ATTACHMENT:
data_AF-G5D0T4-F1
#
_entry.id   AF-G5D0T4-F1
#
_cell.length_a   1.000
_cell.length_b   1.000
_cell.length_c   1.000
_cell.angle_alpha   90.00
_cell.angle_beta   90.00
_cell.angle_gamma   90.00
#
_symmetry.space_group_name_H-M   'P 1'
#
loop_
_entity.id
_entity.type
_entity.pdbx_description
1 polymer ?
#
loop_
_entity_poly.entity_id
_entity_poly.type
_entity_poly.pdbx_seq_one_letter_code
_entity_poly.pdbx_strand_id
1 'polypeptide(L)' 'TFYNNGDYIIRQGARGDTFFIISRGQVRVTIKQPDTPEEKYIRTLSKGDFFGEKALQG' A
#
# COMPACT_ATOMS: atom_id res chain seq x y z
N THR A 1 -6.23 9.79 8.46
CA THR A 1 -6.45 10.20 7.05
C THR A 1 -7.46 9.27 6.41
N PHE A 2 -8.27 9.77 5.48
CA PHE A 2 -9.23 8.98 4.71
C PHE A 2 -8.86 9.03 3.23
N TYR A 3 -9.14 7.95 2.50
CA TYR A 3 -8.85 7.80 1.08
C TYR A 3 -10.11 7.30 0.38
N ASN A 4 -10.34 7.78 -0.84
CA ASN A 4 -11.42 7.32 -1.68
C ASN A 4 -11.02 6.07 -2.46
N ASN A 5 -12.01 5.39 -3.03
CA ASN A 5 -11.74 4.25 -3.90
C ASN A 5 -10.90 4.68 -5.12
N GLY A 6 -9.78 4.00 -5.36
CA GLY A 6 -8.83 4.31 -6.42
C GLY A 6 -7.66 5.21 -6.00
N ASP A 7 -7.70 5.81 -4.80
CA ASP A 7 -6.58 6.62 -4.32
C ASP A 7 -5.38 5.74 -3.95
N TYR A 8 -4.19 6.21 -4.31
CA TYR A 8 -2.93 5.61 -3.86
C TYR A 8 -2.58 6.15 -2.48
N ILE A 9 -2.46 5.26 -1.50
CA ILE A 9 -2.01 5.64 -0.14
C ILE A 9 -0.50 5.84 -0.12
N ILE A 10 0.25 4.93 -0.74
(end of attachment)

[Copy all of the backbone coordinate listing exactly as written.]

data_AF-G5D0T4-F1
#
_entry.id   AF-G5D0T4-F1
#
_cell.length_a   1.000
_cell.length_b   1.000
_cell.length_c   1.000
_cell.angle_alpha   90.00
_cell.angle_beta   90.00
_cell.angle_gamma   90.00
#
_symmetry.space_group_name_H-M   'P 1'
#
loop_
_entity.id
_entity.type
_entity.pdbx_description
1 polymer ?
#
loop_
_entity_poly.entity_id
_entity_poly.type
_entity_poly.pdbx_seq_one_letter_code
_entity_poly.pdbx_strand_id
1 'polypeptide(L)' 'TFYNNGDYIIRQGARGDTFFIISRGQVRVTIKQPDTPEEKYIRTLSKGDFFGEKALQG' A
#
# COMPACT_ATOMS: atom_id res chain seq x y z
N THR A 1 -6.23 9.79 8.46
CA THR A 1 -6.45 10.20 7.05
C THR A 1 -7.46 9.27 6.41
N PHE A 2 -8.27 9.77 5.48
CA PHE A 2 -9.23 8.98 4.71
C PHE A 2 -8.86 9.03 3.23
N TYR A 3 -9.14 7.95 2.50
CA TYR A 3 -8.85 7.80 1.08
C TYR A 3 -10.11 7.30 0.38
N ASN A 4 -10.34 7.78 -0.84
CA ASN A 4 -11.42 7.32 -1.68
C ASN A 4 -11.02 6.07 -2.46
N ASN A 5 -12.01 5.39 -3.03
CA ASN A 5 -11.74 4.25 -3.90
C ASN A 5 -10.90 4.68 -5.12
N GLY A 6 -9.78 4.00 -5.36
CA GLY A 6 -8.83 4.31 -6.42
C GLY A 6 -7.66 5.21 -6.00
N ASP A 7 -7.70 5.81 -4.80
CA ASP A 7 -6.58 6.62 -4.32
C ASP A 7 -5.38 5.74 -3.95
N TYR A 8 -4.19 6.21 -4.31
CA TYR A 8 -2.93 5.61 -3.86
C TYR A 8 -2.58 6.15 -2.48
N ILE A 9 -2.46 5.26 -1.50
CA ILE A 9 -2.01 5.64 -0.14
C ILE A 9 -0.50 5.84 -0.12
N ILE A 10 0.25 4.93 -0.74